Necessary Illusions: Thought Control in Democratic Societies

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Pluto Press, 1989 - Brainwashing - 422 pages
20 Reviews
'A towering intellect ... powerful, always provocative.' Guardian'A superb polemicist who combines fluency of language with a formidable intellect.' Observer'Must be read by everyone concerned with public affairs.' Edward SaidNecessary Illusions explodes the myth of an independent media, intent on uncovering the truth at any cost. Noam Chomsky demonstrates that, in practice, the media in the developed world serve the interests of state and corporate power - despite protestations to the contrary. While individual journalists strive to abide by high standards of professionalism and integrity in their work, their paymasters - the media corporations - ultimately decide what we view, hear and read.Rigorously documented, Necessary Illusions continues Chomsky's celebrated tradition of profoundly insightful indictments of US foreign and domestic institutions and tears away the veneer of propaganda that portrays the media as the servant of free speech and democracy.

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The layout of the book is counterintuitive. - Goodreads
Here's a quick overview.... - Goodreads
You would think a linguist would be a better writer. - Goodreads
A "necessary" compendium to "manufacturing consent." - Goodreads
Both countries represent opposing sides of depiction. - Goodreads

Review: Necessary Illusions: Thought Control in Democratic Societies

User Review  - blake - Goodreads

This is a vitally important book for anyone concerned with Truth and/or Knowledge. It should provoke any mixture of the following emotions: outrage, shock, depression, shame, resignation, and hope. I ... Read full review

Review: Necessary Illusions: Thought Control in Democratic Societies

User Review  - Leo Walsh - Goodreads

I don;t know why, but I've been on a Chomsky kick. I think that this book -- which has been sitting unread on my book shelves for years -- is the key to understanding most of what Chomsky is saying ... Read full review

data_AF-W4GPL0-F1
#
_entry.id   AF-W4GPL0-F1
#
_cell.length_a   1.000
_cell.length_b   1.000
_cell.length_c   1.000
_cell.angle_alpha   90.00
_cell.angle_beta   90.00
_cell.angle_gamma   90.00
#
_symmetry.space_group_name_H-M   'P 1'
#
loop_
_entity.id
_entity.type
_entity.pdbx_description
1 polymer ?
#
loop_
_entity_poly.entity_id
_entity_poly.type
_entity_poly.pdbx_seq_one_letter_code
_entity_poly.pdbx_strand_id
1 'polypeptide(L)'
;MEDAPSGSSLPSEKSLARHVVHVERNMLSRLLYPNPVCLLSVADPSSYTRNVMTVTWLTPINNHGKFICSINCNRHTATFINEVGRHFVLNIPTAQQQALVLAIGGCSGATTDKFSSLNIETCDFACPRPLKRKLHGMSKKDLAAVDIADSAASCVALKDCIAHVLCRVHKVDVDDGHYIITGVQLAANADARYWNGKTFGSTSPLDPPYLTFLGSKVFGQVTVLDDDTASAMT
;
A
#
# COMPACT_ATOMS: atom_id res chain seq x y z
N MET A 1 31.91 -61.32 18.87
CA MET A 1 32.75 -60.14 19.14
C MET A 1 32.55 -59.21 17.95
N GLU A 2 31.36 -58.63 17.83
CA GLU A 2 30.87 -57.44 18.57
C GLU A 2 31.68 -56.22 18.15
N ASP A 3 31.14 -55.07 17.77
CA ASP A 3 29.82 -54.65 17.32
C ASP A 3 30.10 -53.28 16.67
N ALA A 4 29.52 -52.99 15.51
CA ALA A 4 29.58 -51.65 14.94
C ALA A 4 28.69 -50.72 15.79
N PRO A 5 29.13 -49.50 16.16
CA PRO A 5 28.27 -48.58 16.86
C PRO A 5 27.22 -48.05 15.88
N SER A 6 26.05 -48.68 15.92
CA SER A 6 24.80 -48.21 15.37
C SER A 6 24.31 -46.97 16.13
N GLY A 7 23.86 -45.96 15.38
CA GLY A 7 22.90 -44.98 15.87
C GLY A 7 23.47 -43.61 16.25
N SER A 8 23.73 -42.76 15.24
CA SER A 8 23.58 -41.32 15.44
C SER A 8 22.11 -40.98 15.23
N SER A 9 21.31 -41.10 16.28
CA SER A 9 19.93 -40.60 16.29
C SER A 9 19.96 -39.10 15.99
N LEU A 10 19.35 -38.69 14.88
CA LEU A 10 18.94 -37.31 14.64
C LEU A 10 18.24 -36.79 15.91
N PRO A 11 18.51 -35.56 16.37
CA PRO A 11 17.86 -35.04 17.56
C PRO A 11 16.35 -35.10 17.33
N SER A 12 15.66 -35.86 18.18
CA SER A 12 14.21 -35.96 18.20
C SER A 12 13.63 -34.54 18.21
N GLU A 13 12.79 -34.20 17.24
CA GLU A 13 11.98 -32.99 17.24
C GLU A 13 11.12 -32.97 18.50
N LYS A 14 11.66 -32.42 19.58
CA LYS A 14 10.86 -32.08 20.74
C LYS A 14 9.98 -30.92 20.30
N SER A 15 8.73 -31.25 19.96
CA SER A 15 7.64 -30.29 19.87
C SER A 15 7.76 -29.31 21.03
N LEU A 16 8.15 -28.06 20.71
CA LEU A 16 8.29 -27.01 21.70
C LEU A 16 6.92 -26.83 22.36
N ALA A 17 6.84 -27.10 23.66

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About the author (1989)

Noam Chomsky was born in Philadelphia, Pennsylvania on December 7, 1928. Son of a Russian emigrant who was a Hebrew scholar, Chomsky was exposed at a young age to the study of language and principles of grammar. During the 1940s, he began developing socialist political leanings through his encounters with the New York Jewish intellectual community. Chomsky received his Ph.D. from the University of Pennsylvania, where he studied linguistics, mathematics, and philosophy. He conducted much of his research at Harvard University. In 1955, he began teaching at MIT, eventually holding the Ferrari P. Ward Chair of Modern Language and Linguistics. Today Chomsky is highly regarded as both one of America's most prominent linguists and most notorious social critics and political activists. His academic reputation began with the publication of Syntactic Structures in 1957. Within a decade, he became known as an outspoken intellectual opponent of the Vietnam War. Chomsky has written many books on the links between language, human creativity, and intelligence, including Language and Mind (1967) and Knowledge of Language: Its Nature, Origin, and Use (1985). He also has written dozens of political analyses, including Manufacturing Consent: The Political Economy of the Mass Media (1988), Chronicles of Dissent (1992), and The Prosperous Few and the Restless Many (1993).

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